Nearly 2,000 workers at Catholic Health's Mercy Hospital begin strike

Citing concerns about staffing and patient care, nearly 2,000 hospital workers at Catholic Health's Mercy Hospital of Buffalo (N.Y.), went on strike Oct. 1, according to the union that represents them.

Communications Workers of America, which represents nurses, technologists, clerical staff and other service workers at the hospital, said there is a growing staffing crisis that its members want to see alleviated in new contracts. The union also represents workers at Catholic Health's Kenmore (N.Y.) Mercy Hospital and Sisters of Charity Hospital, St. Joseph Campus, in Buffalo.   

"Our hospital, and the hospitals throughout the Catholic Health system, are dangerously understaffed," workers at Mercy Hospital wrote in an open letter to their patients and the Buffalo community published Oct. 1. "Every day, we are terrified of needless patient deaths in our hospital because we are stretched so thin."

They added, "We have bargained for months to achieve a contract agreement that will allow us to do our jobs properly, but Catholic Health has so far refused to agree to iron-clad safe staffing levels that will ensure your safety. We have concluded that only a strike will make Catholic Health understand that we must have guaranteed increased staff and improved compensation if we hope to provide the quality of care our community deserves."

In their letter, the workers said they do not want to see care disrupted but emphasized the need for a "contract that puts patient care first."

Catholic Health said Mercy Hospital, along with Kenmore Mercy Hospital and St. Joseph Campus, presented a $33 million economic package and a contract offer that included a $20 million investment in staffing.

But, according to Catholic Health, the union's bargaining committee walked out of negotiations Oct. 1 after failure to reach an agreement for contracts, and the strike began at Mercy Hospital.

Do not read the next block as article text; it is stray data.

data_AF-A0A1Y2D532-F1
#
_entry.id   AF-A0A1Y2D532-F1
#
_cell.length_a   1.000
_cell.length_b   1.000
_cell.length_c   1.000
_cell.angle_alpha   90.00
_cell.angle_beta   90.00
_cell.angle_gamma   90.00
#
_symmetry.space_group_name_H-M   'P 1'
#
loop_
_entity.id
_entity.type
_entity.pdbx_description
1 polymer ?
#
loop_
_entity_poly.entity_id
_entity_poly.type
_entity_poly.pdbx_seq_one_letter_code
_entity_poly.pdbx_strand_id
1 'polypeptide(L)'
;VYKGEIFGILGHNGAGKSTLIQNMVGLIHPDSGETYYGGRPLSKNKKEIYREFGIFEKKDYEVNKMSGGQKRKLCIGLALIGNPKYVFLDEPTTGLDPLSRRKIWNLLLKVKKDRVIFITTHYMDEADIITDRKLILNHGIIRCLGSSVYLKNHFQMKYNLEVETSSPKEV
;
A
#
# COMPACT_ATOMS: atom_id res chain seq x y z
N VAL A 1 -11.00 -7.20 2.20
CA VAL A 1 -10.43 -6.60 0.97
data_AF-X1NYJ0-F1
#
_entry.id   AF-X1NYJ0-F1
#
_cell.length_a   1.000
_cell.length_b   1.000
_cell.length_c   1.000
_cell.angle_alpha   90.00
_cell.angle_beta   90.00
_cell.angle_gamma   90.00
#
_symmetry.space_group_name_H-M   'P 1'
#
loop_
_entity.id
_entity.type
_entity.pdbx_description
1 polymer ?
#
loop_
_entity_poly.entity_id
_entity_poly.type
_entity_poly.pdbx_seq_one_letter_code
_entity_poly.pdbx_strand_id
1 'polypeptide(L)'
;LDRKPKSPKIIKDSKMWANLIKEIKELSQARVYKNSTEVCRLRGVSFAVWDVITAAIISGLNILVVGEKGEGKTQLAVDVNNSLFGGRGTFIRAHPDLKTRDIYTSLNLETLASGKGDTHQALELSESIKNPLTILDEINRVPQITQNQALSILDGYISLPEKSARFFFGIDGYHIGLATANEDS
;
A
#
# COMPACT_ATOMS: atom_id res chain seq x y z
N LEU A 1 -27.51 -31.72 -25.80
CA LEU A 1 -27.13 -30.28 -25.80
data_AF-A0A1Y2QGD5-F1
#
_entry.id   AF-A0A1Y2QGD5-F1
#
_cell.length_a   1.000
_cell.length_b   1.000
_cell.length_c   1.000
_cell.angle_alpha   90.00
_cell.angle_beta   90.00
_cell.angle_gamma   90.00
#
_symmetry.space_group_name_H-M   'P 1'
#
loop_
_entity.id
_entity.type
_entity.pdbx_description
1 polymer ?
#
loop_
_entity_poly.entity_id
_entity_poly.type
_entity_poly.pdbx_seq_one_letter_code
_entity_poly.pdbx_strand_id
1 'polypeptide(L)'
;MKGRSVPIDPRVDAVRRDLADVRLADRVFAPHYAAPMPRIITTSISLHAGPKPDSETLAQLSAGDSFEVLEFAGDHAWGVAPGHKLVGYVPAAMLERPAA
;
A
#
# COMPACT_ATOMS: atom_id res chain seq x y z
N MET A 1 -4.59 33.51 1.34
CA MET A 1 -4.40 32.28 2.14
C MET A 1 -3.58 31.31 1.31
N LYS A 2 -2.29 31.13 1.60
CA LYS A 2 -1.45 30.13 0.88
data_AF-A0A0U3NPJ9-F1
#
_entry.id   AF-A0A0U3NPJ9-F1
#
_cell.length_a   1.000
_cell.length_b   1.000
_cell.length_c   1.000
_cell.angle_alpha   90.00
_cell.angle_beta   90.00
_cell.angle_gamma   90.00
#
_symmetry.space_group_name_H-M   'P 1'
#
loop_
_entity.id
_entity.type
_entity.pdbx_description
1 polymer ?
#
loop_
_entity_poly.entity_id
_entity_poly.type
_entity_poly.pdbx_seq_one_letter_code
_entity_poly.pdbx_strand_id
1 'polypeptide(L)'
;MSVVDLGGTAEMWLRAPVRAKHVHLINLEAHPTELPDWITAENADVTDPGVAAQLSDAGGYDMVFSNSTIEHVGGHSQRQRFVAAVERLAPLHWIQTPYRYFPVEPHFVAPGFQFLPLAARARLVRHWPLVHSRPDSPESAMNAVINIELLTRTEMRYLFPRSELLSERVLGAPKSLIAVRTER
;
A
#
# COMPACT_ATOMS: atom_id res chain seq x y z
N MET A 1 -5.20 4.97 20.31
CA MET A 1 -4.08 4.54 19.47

"Unfortunately, Catholic Health had to assemble a multidisciplinary team made up of nurses, caregivers, physicians and administrative staff to put together a contingency plan to be prepared for an event like today," Mark Sullivan, president and CEO of Catholic Health, said in a news release Oct. 1. "We've implemented that plan to protect our community and the patients receiving care at Mercy Hospital today and for the duration of the strike."

Amid the labor dispute, Mercy Hospital has suspended inpatient nonemergency procedures and paused labor and delivery services. The system on Sept. 29 also began diverting ambulances from Mercy Hospital and its Mercy Ambulatory Care Center in Orchard Park, N.Y.

Labor and delivery patients are being directed to locations outside Mercy Hospital, including Kaleida's Oishei Children’s Hospital, which has launched a comprehensive plan to address the anticipated increase of volume, according to a news release from Buffalo-based Kaleida Health.

"We have been monitoring the Mercy Hospital strike situation very closely for the past 48 hours and we have responded accordingly as we continue to see additional patient volumes here," Michael Hughes, senior vice president and chief administrative officer for Kaleida Health, said in the Oct. 1 release. "As far as impact, in the past 24 hours alone we have seen an increase in labor and delivery cases at Oishei Children's Hospital as well as cardiac and stroke cases at the Gates Vascular Institute."

Mr. Hughes added that ambulance traffic at Buffalo General Medical Center was extremely high Sept. 30 and is expected to climb more Oct. 1. He said emergency room volumes are up the past two days "but remain manageable — for the time being — at Buffalo General Medical Center, Oishei Children's Hospital, Millard Fillmore Suburban Hospital and DeGraff Medical Park."

Kaleida Health said it also has opened its corporate command center to help with the continued increase in emergency room volumes, wait times and stress on bed availability.

Communications Workers of America represents more than 2,500 front-line workers at Catholic Health's Mercy Hospital, Kenmore (N.Y.) Mercy Hospital and Sisters of Charity Hospital, St. Joseph Campus, in Buffalo. Workers at Mercy Hospital voted Sept. 9 to authorize a strike and issued a strike notice Sept. 21. 

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